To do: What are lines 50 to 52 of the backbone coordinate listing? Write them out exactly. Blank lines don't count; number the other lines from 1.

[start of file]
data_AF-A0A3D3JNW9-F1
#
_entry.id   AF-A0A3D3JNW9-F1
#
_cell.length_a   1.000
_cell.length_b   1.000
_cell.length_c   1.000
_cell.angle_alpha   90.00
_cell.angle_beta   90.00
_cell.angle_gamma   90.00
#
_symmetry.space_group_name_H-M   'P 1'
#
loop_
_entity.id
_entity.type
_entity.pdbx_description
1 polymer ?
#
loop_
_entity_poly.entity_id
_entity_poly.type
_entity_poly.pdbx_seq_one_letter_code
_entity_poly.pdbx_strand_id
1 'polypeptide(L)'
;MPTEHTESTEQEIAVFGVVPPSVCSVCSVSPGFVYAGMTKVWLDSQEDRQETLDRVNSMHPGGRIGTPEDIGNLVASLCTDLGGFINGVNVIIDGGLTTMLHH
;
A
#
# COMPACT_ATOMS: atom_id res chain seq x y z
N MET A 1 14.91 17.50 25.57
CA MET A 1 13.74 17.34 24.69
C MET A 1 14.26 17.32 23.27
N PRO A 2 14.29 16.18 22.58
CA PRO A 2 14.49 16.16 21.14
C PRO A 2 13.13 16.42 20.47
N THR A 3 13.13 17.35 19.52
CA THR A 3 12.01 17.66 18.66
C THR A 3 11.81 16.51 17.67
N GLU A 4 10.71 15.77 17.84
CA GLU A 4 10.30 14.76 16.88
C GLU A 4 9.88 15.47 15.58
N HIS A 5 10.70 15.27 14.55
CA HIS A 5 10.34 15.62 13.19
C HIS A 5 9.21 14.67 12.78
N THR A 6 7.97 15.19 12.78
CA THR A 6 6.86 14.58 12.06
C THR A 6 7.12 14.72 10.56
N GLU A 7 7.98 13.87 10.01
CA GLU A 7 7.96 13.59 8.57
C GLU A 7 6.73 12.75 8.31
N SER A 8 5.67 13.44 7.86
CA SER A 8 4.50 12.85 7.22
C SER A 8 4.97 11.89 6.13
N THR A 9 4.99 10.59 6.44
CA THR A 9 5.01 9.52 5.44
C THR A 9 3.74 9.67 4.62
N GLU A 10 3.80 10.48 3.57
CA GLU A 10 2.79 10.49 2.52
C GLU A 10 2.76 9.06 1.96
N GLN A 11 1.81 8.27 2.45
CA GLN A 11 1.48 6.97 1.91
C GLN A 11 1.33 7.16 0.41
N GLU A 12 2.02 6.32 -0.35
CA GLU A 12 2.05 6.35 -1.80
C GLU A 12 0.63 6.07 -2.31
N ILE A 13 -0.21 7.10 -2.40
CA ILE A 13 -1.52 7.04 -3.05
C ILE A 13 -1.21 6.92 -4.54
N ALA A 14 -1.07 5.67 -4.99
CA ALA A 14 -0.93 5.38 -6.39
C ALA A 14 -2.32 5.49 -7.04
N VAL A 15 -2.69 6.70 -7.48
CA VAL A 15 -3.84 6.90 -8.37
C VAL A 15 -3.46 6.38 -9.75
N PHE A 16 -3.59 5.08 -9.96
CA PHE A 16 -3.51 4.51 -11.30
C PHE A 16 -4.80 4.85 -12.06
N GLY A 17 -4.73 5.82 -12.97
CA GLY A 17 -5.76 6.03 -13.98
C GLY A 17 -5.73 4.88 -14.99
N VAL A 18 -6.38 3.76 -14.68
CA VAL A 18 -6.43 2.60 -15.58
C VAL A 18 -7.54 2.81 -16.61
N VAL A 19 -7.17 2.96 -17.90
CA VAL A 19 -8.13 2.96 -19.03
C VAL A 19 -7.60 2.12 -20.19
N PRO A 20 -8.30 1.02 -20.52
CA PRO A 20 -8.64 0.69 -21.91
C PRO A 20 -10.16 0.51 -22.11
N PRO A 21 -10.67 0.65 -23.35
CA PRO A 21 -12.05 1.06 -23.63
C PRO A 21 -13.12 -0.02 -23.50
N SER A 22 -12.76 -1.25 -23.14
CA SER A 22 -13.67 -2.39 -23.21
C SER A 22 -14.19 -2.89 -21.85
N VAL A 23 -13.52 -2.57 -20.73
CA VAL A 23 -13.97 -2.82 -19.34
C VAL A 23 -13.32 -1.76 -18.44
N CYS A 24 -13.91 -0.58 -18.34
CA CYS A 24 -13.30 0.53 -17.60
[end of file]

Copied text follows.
CA GLU A 7 7.96 13.59 8.57
C GLU A 7 6.73 12.75 8.31
N SER A 8 5.67 13.44 7.86